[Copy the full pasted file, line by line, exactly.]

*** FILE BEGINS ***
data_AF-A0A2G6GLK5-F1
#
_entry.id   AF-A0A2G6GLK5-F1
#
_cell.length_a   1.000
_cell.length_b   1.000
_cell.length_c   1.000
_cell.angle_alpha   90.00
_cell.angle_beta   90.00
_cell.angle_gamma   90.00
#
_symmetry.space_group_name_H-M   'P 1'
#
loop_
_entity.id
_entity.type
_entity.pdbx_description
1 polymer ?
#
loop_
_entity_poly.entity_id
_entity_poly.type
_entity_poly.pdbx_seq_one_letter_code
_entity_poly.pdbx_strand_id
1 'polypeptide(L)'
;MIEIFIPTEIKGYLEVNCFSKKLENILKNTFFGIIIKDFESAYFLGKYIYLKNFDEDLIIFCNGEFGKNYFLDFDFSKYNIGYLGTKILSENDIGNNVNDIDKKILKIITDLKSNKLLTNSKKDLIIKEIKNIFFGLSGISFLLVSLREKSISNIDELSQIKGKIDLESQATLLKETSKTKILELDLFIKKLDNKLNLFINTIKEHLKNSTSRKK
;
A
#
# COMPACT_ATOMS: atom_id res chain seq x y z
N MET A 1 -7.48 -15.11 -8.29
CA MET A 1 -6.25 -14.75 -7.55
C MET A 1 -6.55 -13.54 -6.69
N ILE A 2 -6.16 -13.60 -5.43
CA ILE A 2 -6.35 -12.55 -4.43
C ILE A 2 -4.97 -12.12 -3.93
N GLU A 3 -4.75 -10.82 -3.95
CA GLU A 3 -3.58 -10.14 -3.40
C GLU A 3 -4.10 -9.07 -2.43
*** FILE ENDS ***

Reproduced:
data_AF-A0A2G6GLK5-F1
#
_entry.id   AF-A0A2G6GLK5-F1
#
_cell.length_a   1.000
_cell.length_b   1.000
_cell.length_c   1.000
_cell.angle_alpha   90.00
_cell.angle_beta   90.00
_cell.angle_gamma   90.00
#
_symmetry.space_group_name_H-M   'P 1'
#
loop_
_entity.id
_entity.type
_entity.pdbx_description
1 polymer ?
#
loop_
_entity_poly.entity_id
_entity_poly.type
_entity_poly.pdbx_seq_one_letter_code
_entity_poly.pdbx_strand_id
1 'polypeptide(L)'
;MIEIFIPTEIKGYLEVNCFSKKLENILKNTFFGIIIKDFESAYFLGKYIYLKNFDEDLIIFCNGEFGKNYFLDFDFSKYNIGYLGTKILSENDIGNNVNDIDKKILKIITDLKSNKLLTNSKKDLIIKEIKNIFFGLSGISFLLVSLREKSISNIDELSQIKGKIDLESQATLLKETSKTKILELDLFIKKLDNKLNLFINTIKEHLKNSTSRKK
;
A
#
# COMPACT_ATOMS: atom_id res chain seq x y z
N MET A 1 -7.48 -15.11 -8.29
CA MET A 1 -6.25 -14.75 -7.55
C MET A 1 -6.55 -13.54 -6.69
N ILE A 2 -6.16 -13.60 -5.43
CA ILE A 2 -6.35 -12.55 -4.43
C ILE A 2 -4.97 -12.12 -3.93
N GLU A 3 -4.75 -10.82 -3.95
CA GLU A 3 -3.58 -10.14 -3.40
C GLU A 3 -4.10 -9.07 -2.43